A Family Mausoleum
Like most monasteries, Lanercost Priory served as a mausoleum for its founders, their successors and their families. The 21 grave monuments at Lanercost Priory today range from simple grave slabs dating to soon after the priory’s foundation, to ornate memorials of the medieval Vaux family and the later Dacres and Howards.
While some of the individual monuments are extremely significant in their own right, as a group they are of national importance. Find out more about the tombs, and explore some of them in 3D, below.
View the tombs in 3D
The earliest tomb to survive at the priory, in the north wall of the north transept, is that of Roland de Vaux, lord of Triermain. His castle, which dates from the 14th century, was in nearby Gilsland. The Vaux family had granted the land to found Lanercost Priory in the 12th century.
The de Vaux arms – a cross band of chequers – can be seen on the side of the tomb. Surviving fragments of an effigy from the top of the tomb are now in store.Read more about the priory’s history
Along one wall of the north transept are seven fragments of grave slabs, mostly from the medieval period, all of which have been moved there from their original locations. These pieces are mostly from graves which would once have been set into the floor of the priory church. They range in date from the 12th to 16th centuries and feature crosses in various forms, with one showing an outstretched hand.
Over time, when the church floor needed repair, these grave slabs would have been removed and placed to one side. They highlight the changes that have occurred across the priory in its almost 900-year history.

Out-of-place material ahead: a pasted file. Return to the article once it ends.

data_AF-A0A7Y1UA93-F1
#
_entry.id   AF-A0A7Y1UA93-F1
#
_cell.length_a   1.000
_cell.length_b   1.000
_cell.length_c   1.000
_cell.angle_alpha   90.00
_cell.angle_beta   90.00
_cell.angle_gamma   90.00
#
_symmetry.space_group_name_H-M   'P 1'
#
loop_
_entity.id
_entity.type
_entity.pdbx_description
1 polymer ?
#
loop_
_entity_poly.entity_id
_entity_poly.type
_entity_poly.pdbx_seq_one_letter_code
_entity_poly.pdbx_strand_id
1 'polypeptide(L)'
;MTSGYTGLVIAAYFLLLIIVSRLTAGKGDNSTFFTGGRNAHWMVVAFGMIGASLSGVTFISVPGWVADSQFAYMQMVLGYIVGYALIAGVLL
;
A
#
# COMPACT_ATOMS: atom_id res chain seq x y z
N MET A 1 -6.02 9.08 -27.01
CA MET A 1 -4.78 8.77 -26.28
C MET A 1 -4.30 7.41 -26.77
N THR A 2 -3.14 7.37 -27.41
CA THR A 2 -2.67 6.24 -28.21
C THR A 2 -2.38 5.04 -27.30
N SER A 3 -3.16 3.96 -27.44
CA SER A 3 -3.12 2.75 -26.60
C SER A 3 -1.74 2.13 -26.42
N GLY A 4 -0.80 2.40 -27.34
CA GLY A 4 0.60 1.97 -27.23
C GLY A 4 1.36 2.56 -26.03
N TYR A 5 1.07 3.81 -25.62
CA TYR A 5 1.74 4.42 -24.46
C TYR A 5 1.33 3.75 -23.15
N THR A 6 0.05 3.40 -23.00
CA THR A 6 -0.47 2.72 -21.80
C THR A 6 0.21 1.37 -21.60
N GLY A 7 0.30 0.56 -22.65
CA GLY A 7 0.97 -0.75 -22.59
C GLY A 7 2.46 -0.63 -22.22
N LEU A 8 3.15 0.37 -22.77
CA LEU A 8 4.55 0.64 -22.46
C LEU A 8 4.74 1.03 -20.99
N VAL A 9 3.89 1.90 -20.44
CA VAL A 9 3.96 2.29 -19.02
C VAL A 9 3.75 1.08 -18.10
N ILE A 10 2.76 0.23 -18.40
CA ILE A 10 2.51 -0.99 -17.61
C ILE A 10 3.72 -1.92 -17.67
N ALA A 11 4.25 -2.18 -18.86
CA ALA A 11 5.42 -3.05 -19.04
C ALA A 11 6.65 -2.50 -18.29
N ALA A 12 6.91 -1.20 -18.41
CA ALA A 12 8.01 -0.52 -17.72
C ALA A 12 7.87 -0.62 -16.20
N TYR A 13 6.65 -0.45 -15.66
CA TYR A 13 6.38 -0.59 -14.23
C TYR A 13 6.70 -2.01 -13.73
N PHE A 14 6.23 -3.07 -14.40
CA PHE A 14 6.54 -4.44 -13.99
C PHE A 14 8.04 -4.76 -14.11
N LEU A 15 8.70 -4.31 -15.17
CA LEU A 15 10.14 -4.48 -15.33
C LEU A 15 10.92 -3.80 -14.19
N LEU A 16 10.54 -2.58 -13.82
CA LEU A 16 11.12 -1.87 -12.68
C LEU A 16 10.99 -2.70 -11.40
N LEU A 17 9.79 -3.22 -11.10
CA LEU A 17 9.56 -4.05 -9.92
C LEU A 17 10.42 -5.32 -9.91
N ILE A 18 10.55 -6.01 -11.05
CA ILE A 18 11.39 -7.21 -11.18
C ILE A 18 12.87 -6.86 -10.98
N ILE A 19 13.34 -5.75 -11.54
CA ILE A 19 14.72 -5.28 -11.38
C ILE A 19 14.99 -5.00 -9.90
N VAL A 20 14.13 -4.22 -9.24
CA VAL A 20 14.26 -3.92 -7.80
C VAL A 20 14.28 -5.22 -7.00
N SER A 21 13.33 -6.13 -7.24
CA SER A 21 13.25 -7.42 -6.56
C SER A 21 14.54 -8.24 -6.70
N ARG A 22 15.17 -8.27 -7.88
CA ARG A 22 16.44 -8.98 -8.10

The Dacre tombs
The two largest and grandest tombs are chest tombs, both to members of the Dacre family. Unfortunately the effigies originally on these are now missing. Chest tombs – large rectangular tombs in which the body was placed – were costly constructions and only the wealthy could afford them.
The tomb of Sir Humphrey (1424–85), 1st Baron Dacre, and his wife, Mabel Parr (d. 1510), stands in a chapel off the north transept. The visible sides are covered with heraldic imagery, showing the various families who had married into the Dacre line. This tomb was erected by their son Thomas.
Thomas, 2nd Baron Dacre (1467–1525), and his wife, Elizabeth Greystoke (d.1516), are buried in the second large chest tomb, which stands in the south transept, under an early 19th-century stone canopy.
The tomb was erected by Thomas during his lifetime. The arms of the Dacre and Greystoke families are set within garters, so the tomb must date from after 1518, when Thomas was made a Knight of the Garter.
There were few family burials in the church at Lanercost between the later 16th and 18th centuries, but an interesting burial did take place during this period. A 14th-century chest tomb was reused and altered to commemorate ‘John Crow of Longlands died March 23rd 1708 aged 25 yers’. According to local legend, he broke his neck while climbing in the ruins of the priory.
The tomb effigy is the only complete medieval effigy to survive at Lanercost.
Image: The medieval tomb effigy in the south transept, reused in 1708 to commemorate John Crow
In the 19th century, George Howard (1843–1911), 9th Earl of Carlisle, revived the use of the church as a family mausoleum. His parents, Charles and Mary Howard, were buried in the north transept chapel, and their grave cover still survives. Nearby is a terracotta effigy of George’s infant daughter Elizabeth, who died in 1883 at the age of four months. The effigy is by the famous sculptor Sir Edgar Boehm.
Charles James Stanley Howard, the 10th Earl, died in January 1912 and was also buried at Lanercost, this time in the south transept. The last person to be commemorated at the priory is Rhoda Ankaret, his widow, who died in 1957 and was buried in her husband’s tomb. She had outlived him by 45 years.
Find out more
Visit Lanercost Priory
The beautiful and now tranquil setting of Augustinian Lanercost Priory belies an often troubled history.
History of Lanercost Priory
Lanercost Priory lay in the turbulent border region between England and Scotland, which would dictate its fortunes over the next 400 years.
Download a plan
Download this PDF plan of Lanercost Priory to discover how its buildings have developed over time.
Buy the guidebook
This new guidebook includes a full tour of the priory buildings and the church and tells the story of the priory over 850 years.